Google zooms in on smart-home vision with Nest Cam

Almost a year to the day after announcing it would acquire Dropcam, Google-owned Nest shows off what it's done with Dropcam's home-monitoring technology.

nest-cam-9307.jpg
Nest introduced a new Web-connected security camera. James Martin/CNET

SAN FRANCISCO -- When Google's Nest bought Dropcam, maker of a smart security camera, the arrival of Nest's own home-monitoring device seemed only a matter of time.

Smart-home company Nest -- which is owned by the search giant -- made it official Wednesday, announcing its latest Internet-connected device for the household: the Nest Cam.

The camera shoots high-definition security footage, lets you zoom in on different areas of the house and has sound and motion sensing features. The camera will also adjust the lighting of footage at night to make it easier to see. The product will cost $200 or £159 and will start shipping next week. It will be available at retailers like Best Buy, Amazon and Target.

Nest also announced a cloud video service called Nest Aware that will let you save video footage instead of just live-streaming it. A subscription to the service will cost $10 or £8 per month to let you view footage from over the past 10 days, or $30 or £24 per month for footage over the last 30 days.

"We've changed the conversation about the connected home," Tony Fadell, Nest's co-founder, said during a press event here.

The product unveiling takes place as Google and other Silicon Valley giants become more ambitious about their role in consumers' homes. But the move -- which could give Nest valuable insight into people's behavior while at home -- will also likely raise concerns from privacy advocates who think Google already has too much access to people's personal data. Google relies on that sort of data to make its services better and, in some cases, attract advertisers.

The smart-home market is already crowded. Apple last year unveiled Homekit, which lets people use their iPhones to control smart devices around the house. Last week, Apple said Homekit would be able to control security systems, window shades and motion sensors. Also last year, Samsung bought SmartThings, a startup that aims to be a hub for Internet-connected products.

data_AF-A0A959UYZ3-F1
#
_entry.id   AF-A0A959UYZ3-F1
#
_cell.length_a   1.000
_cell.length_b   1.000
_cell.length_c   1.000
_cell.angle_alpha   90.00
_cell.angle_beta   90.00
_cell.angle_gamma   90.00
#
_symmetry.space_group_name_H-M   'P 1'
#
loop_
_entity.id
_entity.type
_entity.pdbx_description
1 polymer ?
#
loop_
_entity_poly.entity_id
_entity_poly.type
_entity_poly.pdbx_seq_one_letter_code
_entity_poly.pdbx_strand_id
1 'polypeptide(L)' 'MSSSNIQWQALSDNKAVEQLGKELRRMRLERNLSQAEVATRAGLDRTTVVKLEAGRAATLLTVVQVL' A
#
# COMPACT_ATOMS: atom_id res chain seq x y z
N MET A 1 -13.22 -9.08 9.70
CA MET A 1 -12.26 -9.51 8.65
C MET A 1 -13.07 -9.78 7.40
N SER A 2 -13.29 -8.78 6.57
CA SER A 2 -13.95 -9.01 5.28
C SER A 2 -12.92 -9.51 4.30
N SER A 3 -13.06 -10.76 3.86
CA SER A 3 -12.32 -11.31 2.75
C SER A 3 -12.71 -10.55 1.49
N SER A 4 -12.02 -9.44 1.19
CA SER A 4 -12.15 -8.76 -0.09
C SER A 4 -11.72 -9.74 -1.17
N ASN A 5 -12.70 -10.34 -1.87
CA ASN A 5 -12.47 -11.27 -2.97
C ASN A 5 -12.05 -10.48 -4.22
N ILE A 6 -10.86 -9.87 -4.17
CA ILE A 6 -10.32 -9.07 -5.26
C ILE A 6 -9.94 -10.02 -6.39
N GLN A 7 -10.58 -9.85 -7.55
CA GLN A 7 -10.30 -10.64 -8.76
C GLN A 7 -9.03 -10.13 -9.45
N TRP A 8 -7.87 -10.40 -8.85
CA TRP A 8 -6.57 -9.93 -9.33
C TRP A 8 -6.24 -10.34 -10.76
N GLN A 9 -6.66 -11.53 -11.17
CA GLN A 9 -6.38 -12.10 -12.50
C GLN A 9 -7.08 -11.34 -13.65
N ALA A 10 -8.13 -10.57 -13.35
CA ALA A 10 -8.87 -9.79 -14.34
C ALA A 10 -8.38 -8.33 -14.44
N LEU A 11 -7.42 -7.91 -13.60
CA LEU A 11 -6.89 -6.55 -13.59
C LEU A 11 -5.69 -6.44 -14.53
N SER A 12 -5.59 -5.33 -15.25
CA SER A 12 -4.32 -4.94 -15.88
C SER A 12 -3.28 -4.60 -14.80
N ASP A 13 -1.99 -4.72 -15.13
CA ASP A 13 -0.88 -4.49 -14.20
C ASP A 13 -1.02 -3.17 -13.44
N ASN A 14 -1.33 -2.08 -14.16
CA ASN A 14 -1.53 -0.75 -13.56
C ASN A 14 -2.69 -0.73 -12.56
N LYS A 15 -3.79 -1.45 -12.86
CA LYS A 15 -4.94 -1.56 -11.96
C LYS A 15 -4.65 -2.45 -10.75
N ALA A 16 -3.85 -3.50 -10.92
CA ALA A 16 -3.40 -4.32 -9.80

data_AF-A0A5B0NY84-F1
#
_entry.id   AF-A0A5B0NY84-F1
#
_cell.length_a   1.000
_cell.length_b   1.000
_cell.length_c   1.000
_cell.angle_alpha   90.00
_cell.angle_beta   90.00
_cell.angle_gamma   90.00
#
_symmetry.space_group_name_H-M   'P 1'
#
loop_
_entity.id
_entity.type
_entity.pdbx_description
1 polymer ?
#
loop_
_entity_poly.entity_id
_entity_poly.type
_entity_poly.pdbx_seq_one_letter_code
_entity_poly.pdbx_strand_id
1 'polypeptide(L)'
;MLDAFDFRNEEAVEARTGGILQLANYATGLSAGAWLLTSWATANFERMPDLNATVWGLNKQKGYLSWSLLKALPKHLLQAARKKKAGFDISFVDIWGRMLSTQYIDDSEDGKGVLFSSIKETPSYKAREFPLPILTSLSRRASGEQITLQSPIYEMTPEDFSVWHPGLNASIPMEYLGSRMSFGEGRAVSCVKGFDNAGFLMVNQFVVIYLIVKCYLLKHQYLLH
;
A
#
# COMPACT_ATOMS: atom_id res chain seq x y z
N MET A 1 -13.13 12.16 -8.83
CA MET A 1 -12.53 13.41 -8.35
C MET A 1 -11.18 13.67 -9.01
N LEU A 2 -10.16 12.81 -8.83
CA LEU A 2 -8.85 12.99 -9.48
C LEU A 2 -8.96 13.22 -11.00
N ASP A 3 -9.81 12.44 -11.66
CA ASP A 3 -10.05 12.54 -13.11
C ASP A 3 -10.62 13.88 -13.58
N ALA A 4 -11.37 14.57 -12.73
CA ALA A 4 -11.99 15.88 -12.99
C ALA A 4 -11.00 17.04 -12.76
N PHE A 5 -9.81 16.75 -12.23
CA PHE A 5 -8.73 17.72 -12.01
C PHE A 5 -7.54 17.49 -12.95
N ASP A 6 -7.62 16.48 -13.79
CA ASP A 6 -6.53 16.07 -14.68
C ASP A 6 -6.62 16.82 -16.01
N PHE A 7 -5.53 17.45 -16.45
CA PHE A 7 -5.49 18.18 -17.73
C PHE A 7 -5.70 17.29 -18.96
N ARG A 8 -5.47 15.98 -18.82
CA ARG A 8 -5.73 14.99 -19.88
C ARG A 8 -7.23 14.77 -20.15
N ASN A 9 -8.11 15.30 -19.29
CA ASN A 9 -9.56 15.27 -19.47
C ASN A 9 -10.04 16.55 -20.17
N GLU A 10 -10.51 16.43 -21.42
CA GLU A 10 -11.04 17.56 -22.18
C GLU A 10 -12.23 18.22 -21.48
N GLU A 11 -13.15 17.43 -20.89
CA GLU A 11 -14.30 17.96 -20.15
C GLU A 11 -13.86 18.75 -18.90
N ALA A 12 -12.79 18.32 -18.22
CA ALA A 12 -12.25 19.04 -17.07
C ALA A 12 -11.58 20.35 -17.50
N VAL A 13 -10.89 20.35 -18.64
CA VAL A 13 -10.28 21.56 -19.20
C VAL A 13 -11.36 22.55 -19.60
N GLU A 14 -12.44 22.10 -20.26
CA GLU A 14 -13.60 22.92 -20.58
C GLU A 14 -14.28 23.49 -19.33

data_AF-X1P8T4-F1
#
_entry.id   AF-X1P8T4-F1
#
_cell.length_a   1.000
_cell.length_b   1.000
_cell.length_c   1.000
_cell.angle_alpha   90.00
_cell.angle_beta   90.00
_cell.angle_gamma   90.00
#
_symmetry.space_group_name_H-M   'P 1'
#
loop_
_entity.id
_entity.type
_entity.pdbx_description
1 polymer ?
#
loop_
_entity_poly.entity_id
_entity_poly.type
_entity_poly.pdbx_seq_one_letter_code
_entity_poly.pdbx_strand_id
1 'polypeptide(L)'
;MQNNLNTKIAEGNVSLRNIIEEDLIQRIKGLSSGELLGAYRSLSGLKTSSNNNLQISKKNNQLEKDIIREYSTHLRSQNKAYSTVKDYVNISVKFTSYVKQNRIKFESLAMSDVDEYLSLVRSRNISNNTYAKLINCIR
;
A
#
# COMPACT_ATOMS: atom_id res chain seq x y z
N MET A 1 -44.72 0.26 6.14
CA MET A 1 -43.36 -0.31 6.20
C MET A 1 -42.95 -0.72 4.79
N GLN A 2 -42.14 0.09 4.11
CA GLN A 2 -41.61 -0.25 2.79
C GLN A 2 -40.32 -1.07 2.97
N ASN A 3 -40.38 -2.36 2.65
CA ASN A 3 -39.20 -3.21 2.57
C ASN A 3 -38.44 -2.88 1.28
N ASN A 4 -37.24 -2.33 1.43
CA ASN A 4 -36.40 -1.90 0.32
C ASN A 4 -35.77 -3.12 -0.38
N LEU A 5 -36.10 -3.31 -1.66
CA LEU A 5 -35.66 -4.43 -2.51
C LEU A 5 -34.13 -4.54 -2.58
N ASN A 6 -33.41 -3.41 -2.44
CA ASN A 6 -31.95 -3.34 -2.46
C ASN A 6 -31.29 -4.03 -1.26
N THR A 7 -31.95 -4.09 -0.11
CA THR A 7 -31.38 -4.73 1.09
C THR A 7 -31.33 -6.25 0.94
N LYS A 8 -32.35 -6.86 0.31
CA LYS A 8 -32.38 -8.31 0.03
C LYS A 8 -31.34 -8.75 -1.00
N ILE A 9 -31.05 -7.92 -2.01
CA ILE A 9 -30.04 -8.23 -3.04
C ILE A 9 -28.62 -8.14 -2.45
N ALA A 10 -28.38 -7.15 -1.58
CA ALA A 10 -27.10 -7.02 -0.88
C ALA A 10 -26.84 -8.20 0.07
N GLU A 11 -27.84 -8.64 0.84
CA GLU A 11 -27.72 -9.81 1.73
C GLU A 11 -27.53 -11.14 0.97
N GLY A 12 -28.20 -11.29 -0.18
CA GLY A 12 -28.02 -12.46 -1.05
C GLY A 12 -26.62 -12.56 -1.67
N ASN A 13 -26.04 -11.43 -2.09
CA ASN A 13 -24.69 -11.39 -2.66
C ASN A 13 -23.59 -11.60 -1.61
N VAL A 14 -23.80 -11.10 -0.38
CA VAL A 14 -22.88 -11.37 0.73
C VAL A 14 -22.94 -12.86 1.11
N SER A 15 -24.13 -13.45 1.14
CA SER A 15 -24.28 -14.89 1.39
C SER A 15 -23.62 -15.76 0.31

The camera is the third device developed by Nest, co-founded and led by Fadell, a former Apple executive. He's considered a hardware guru and played a key role in the development of Apple's original iPod and iPhone. Nest's other products are a smart thermostat and a smart smoke detector. Google bought Nest in February 2013 for $3 billion.

The new product doesn't come as a surprise. Nest announced it was acquiring Dropcam, which makes a Web-connected home-security camera, almost exactly a year ago for more than $550 million. Earlier this month, pictures of the Nest Cam leaked on the blog Droid Life.

Google has also been focused on becoming the software platform that powers the smart home. At the search giant's annual developer conference last month, the company announced Brillo, a platform that aims to make all the disparate Web-connected devices in a home work together. The key to the software is that it will work with low-powered devices that don't have much computing punch. Google said it would be available for software developers in the third quarter.

The smart-home effort is not new for Google. In 2011, the company introduced Android@Home, which also allowed developers to build apps so several household devices could be controlled by an Android phone. The platform never gained traction with app makers.

Nest on Wednesday also introduced a new version of its smoke detector, the Nest Protect. One new feature is the ability to silence the alarm from a smartphone app. Nest also announced a home insurance program with Liberty Mutual and American Family Insurance to give customers rewards -- like discounts -- for owning a Nest Protect. The company also touted new features that let Nest products communicate with each other. For example, if the smoke detector senses smoke, the thermostat will automatically shut off.

Featured Video